Mid-way through this year’s FIA conference, a panel of CEO’s were brought together to discuss some of the challenges facing FCMs. Recent years have brought these companies declining revenues, reduced trading volumes as well as a general lack of confidence in the sector following the demise of companies like MFG and PFG Best. The panel underlined some of the root causes of these issues, contemplated potential changes and looked at some silver linings among the aforementioned clouds.
So what were some of the current challenges highlighted by the industry chiefs?
- Near zero interest rates – reducing investor appetites for trading.
- Reduced commissions.
- Increased Capital requirements – put in place as part of Basel III.
- Higher proportion of High Frequency Trading.
- Lower liquidity – partly as a result of the new regulations.
Pooling the problems described above, one CEO noted, “It’s been a perfect storm for FCMs, but I still see a bright future”.
So what does the future hold for these companies?
The expansion of electronic trading has already resulted in excess capacity in the industry causing many firms to be squeezed out, but the panel agreed that further consolidation was a must. If we categorised these companies into small, medium and large – Small focused on retail clients and niche market areas, whereas large attended to institutional investors and Medium sat somewhere in between. There was a general consensus that the latter category would need to pick a side (S or L) or risk being driven out of the market.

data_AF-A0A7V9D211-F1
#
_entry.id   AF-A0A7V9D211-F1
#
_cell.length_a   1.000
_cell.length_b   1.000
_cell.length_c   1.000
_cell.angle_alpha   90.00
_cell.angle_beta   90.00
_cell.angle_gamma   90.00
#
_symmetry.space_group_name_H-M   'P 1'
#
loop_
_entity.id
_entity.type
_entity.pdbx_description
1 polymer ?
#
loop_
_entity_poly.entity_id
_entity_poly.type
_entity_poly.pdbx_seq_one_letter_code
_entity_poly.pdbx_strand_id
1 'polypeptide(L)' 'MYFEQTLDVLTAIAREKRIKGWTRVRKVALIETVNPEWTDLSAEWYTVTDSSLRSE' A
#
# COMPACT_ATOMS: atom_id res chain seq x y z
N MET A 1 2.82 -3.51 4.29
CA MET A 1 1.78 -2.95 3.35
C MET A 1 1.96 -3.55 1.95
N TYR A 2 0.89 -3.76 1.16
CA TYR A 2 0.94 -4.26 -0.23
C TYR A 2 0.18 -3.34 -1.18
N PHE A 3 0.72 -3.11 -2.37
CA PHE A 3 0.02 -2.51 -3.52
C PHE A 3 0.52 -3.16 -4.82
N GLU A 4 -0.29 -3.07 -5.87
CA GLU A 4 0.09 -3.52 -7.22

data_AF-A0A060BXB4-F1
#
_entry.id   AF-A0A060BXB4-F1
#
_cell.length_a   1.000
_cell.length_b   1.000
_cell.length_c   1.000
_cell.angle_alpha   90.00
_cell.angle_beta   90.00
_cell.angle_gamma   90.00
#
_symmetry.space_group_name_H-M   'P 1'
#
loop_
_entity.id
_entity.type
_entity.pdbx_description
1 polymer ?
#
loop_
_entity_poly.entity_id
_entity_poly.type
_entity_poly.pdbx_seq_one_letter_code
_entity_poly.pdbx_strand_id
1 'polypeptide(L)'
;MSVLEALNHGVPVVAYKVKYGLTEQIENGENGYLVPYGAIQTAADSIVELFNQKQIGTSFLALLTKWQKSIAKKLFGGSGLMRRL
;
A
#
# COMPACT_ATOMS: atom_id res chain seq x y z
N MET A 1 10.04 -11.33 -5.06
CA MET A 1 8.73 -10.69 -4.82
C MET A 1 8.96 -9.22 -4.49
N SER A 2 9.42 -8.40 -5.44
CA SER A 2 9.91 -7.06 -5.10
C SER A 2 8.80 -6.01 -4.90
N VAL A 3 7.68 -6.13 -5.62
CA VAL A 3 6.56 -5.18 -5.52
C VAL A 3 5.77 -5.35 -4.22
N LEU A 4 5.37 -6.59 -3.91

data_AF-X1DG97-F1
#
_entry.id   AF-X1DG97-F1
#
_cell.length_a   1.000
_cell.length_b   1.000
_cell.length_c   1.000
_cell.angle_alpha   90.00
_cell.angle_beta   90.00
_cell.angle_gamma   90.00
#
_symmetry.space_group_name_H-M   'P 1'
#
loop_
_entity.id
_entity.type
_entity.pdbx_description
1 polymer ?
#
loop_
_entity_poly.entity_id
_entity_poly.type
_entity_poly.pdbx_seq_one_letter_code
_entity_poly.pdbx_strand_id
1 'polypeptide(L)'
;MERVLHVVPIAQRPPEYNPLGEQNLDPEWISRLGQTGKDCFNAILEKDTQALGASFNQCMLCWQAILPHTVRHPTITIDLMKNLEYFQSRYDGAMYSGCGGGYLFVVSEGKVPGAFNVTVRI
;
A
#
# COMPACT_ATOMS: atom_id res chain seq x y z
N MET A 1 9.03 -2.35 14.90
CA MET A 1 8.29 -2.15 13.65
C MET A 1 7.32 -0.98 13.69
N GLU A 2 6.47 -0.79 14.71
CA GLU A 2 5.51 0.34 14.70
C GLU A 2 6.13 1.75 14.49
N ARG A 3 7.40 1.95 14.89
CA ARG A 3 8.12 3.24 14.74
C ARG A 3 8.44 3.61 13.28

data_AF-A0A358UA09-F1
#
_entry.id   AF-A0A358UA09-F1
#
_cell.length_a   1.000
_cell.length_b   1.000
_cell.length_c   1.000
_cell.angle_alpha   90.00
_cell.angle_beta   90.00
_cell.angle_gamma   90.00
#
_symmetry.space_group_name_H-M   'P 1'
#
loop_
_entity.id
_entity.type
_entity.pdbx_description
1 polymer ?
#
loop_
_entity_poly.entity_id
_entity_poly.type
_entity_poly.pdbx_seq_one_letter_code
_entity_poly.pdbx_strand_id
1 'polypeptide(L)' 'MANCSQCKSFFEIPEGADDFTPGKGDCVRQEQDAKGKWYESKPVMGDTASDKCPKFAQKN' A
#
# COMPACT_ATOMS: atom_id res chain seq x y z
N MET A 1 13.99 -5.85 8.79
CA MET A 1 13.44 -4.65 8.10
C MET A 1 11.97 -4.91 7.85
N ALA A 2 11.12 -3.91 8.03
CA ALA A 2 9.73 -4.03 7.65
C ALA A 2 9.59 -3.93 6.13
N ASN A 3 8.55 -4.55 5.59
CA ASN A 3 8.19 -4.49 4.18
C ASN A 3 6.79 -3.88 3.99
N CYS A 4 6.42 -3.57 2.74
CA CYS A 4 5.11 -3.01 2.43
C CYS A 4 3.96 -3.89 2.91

Despite low interest rates, the excess capacity has also seen to it that commissions have also remained low. The industry experts believed that changes to pricing were also a necessity for these firms to survive; pricing models needed to become more sophisticated. For example, by unbundling customer fees and allowing the prices the clients pay to reflect brokering costs more closely.
While consolidation will raise the prospects of those who survive, the panel noted some other potential avenues to be positive about:
- New products – a range of new derivatives contracts becoming available on many exchanges.
- Emerging markets – opportunities opening up as more countries participate, especially so in China once it starts permitting outgoing business.
- Futurisation of swaps – swaps becoming exchange traded and cleared will generate huge business opportunities for FCMS, it will also see doors open for Tech Vendors such as Caplin.
- Prospective end of QE– could see more liquidity come into the markets.
Part 5 of this blog will take a closer look at the opportunities mentioned above. The next part will take look at discussions around Swap Execution Facilities and Swap Futures from the conference.
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